September 24, 2019

The Conference Board reported that consumer confidence declined 9.1 points in September to 125.1 after having decline 1.6 points in September.  This series has been bouncing around between 125 and 130 since the beginning of this year.   This series reached a cycle high of 137.9 in October of last year which also happened to be the highest level in the  past 18 years.  It remains essentially at that same very lofty level.

Lynn Franco, Director of Economic Indicators at the Conference Board said, “The escalation in trade and tariff tensions in late August appears to have rattled consumers. However, this pattern of uncertainty and volatility has persisted for much of the year and it appears confidence is plateauing. While confidence could continue hovering around current levels for months to come, at some point this continued uncertainty will begin to diminish consumers’ confidence in the expansion.”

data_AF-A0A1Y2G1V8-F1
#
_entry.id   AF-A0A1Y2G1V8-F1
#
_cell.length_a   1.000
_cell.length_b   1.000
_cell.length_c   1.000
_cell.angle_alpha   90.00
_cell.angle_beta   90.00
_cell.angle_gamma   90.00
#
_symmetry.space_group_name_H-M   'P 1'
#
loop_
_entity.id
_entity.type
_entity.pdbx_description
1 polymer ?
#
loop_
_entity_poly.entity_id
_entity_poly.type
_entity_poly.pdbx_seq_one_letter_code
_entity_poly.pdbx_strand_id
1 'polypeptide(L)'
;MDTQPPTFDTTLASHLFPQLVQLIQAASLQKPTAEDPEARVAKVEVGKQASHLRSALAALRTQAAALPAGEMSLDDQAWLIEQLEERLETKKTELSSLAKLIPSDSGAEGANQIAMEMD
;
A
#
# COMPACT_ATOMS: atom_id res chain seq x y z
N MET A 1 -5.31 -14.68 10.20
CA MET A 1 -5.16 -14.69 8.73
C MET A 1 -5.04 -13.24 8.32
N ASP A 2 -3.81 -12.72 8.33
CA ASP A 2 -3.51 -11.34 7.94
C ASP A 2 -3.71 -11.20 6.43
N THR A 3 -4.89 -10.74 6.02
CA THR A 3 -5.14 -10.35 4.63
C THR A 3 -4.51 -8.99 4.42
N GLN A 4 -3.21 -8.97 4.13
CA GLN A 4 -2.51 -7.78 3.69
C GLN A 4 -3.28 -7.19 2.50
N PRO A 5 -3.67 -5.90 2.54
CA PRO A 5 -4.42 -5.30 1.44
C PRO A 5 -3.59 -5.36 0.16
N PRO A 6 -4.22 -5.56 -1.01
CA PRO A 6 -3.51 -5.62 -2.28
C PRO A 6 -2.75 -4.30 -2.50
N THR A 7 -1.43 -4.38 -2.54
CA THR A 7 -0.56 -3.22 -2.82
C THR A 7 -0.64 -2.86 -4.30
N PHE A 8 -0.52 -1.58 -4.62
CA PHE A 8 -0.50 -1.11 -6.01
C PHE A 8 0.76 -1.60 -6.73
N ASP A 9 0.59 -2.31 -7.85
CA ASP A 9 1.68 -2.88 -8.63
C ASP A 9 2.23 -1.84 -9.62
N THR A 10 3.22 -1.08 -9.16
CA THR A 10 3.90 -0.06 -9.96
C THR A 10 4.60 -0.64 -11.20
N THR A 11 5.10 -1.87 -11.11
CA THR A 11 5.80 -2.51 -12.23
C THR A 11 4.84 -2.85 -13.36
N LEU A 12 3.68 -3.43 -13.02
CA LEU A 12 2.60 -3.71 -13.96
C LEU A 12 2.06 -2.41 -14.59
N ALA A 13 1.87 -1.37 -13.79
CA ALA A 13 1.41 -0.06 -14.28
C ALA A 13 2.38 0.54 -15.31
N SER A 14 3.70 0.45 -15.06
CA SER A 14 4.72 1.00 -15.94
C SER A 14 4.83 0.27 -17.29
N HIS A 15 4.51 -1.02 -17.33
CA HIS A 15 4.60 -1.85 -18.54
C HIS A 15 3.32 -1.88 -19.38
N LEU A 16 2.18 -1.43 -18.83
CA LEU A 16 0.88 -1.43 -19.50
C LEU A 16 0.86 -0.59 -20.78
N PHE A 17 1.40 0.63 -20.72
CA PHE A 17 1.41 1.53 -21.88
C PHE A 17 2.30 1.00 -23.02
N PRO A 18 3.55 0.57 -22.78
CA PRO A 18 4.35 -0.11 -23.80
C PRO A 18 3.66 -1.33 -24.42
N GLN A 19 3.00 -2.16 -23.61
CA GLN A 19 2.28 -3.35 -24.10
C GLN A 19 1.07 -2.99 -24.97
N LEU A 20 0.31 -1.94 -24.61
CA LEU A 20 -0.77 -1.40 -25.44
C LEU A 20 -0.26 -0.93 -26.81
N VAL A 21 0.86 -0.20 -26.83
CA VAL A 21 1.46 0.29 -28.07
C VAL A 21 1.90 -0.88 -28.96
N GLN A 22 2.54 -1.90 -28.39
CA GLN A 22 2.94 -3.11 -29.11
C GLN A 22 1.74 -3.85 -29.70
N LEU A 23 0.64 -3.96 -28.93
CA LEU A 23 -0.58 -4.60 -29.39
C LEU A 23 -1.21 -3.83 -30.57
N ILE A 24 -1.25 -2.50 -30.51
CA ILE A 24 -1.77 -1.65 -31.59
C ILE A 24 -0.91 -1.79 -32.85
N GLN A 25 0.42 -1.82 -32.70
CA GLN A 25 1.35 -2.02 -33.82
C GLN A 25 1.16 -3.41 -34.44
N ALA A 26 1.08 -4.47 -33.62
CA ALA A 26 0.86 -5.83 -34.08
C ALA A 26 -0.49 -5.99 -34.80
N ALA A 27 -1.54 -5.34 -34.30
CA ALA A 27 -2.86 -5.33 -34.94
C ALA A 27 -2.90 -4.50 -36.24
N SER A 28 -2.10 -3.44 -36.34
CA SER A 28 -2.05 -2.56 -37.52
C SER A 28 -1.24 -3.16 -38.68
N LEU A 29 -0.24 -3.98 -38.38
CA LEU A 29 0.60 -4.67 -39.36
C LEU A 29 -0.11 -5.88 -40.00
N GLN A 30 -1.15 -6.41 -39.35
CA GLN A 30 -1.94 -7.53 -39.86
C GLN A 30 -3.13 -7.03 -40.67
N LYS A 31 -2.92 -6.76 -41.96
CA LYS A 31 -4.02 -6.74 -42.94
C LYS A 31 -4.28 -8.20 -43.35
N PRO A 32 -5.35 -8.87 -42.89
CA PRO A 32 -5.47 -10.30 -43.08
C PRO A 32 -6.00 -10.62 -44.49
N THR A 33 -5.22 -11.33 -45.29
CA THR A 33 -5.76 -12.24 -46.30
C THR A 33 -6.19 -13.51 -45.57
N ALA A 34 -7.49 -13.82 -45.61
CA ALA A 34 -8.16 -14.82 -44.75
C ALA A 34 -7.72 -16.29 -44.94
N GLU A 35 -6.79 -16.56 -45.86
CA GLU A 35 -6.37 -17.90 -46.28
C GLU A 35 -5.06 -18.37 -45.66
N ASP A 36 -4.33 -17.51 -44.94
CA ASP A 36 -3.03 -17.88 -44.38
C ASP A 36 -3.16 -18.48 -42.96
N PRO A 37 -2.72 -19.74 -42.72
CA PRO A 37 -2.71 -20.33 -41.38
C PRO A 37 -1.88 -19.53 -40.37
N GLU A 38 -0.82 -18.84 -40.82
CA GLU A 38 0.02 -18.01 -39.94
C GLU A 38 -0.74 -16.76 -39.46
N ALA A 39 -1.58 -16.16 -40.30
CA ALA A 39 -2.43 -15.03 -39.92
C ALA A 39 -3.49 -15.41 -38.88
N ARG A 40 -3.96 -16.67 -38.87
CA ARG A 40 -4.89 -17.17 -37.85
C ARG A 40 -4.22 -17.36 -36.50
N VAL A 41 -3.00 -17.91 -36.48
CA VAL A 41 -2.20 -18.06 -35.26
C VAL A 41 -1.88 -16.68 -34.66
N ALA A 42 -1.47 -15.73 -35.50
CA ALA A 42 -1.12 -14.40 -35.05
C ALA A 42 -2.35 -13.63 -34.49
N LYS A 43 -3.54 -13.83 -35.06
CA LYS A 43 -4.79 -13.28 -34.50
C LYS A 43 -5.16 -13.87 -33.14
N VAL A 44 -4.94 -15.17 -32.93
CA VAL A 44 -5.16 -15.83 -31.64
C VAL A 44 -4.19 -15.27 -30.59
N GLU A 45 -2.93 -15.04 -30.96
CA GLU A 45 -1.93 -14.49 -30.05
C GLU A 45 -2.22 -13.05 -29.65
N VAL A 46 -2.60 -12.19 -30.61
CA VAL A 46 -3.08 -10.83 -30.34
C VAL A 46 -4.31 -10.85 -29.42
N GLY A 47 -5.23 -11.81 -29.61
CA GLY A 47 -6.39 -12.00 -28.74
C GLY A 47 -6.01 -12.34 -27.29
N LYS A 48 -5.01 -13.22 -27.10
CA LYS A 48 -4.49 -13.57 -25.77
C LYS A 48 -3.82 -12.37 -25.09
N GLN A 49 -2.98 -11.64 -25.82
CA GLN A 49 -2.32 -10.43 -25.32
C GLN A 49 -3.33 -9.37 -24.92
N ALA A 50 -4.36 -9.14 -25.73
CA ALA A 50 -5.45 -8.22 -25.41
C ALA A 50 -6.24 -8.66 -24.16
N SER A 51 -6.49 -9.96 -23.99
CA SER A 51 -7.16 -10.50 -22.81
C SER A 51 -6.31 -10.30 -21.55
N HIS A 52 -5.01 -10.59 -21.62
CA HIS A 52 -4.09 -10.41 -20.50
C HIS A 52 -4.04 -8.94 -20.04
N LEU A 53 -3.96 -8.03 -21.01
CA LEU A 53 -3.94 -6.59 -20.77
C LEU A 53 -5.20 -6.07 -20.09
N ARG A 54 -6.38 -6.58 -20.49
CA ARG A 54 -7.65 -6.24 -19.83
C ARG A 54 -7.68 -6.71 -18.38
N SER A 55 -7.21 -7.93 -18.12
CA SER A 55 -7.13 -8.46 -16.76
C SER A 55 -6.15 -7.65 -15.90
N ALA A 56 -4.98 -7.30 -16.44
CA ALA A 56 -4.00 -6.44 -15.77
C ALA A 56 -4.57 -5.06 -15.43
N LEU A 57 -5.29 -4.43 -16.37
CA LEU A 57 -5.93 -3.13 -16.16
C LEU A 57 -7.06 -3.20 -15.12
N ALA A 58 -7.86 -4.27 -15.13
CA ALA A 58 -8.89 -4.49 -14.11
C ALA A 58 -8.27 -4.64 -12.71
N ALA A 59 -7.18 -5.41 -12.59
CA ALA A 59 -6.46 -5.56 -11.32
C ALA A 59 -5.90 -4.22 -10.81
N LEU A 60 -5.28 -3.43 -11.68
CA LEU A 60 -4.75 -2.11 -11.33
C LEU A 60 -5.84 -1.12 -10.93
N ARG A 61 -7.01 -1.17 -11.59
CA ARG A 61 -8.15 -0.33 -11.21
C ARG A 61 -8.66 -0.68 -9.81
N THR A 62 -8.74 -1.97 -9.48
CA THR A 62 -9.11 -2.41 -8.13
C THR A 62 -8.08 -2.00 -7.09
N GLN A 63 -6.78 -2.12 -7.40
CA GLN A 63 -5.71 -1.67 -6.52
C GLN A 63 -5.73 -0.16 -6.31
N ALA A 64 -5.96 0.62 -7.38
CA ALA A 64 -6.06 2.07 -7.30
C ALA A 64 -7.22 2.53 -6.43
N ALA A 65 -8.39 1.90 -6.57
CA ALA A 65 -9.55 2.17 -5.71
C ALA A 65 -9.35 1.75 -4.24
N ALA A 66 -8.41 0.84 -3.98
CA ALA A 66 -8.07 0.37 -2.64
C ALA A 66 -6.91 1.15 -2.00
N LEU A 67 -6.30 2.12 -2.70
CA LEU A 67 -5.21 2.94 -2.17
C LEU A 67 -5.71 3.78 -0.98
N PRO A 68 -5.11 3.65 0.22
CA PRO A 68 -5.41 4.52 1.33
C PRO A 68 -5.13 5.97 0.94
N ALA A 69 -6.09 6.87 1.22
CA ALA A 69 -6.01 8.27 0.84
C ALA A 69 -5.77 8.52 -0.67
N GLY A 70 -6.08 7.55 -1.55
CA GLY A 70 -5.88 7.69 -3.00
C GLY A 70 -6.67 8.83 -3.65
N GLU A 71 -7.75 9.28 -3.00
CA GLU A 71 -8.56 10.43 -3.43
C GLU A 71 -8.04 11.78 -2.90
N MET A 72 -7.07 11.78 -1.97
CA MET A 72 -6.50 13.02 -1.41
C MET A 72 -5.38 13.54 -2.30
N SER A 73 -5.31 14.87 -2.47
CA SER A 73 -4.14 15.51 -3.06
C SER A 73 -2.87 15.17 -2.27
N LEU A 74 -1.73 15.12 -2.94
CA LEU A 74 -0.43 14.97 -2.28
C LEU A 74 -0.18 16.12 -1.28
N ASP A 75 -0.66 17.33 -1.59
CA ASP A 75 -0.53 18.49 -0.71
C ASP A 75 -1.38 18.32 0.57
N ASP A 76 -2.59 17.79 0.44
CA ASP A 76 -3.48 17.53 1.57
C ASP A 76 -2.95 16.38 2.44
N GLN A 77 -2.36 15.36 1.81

Confidence data reported by the Conference Board are roughly matched by the University of Michigan’s series on consumer sentiment.   As shown in the chart below, trends in the two series are identical but there can be month-to-month deviations.  Both series remain at fairly lofty levels.

.The consumer should continue to provide support for overall GDP growth in 2019.  The stock market is close to a new record high level.   The economy continues to crank out 170 thousand jobs per month.  Consumer debt in relation to income remains low.  Interest rates are very low and the Fed could possibly lower rates further in the months ahead.

We anticipate GDP growth of 2.6% in 2019 and 2.4% in 2020 after having risen 2.5% last year.

Stephen Slifer

NumberNomics

Charleston, SC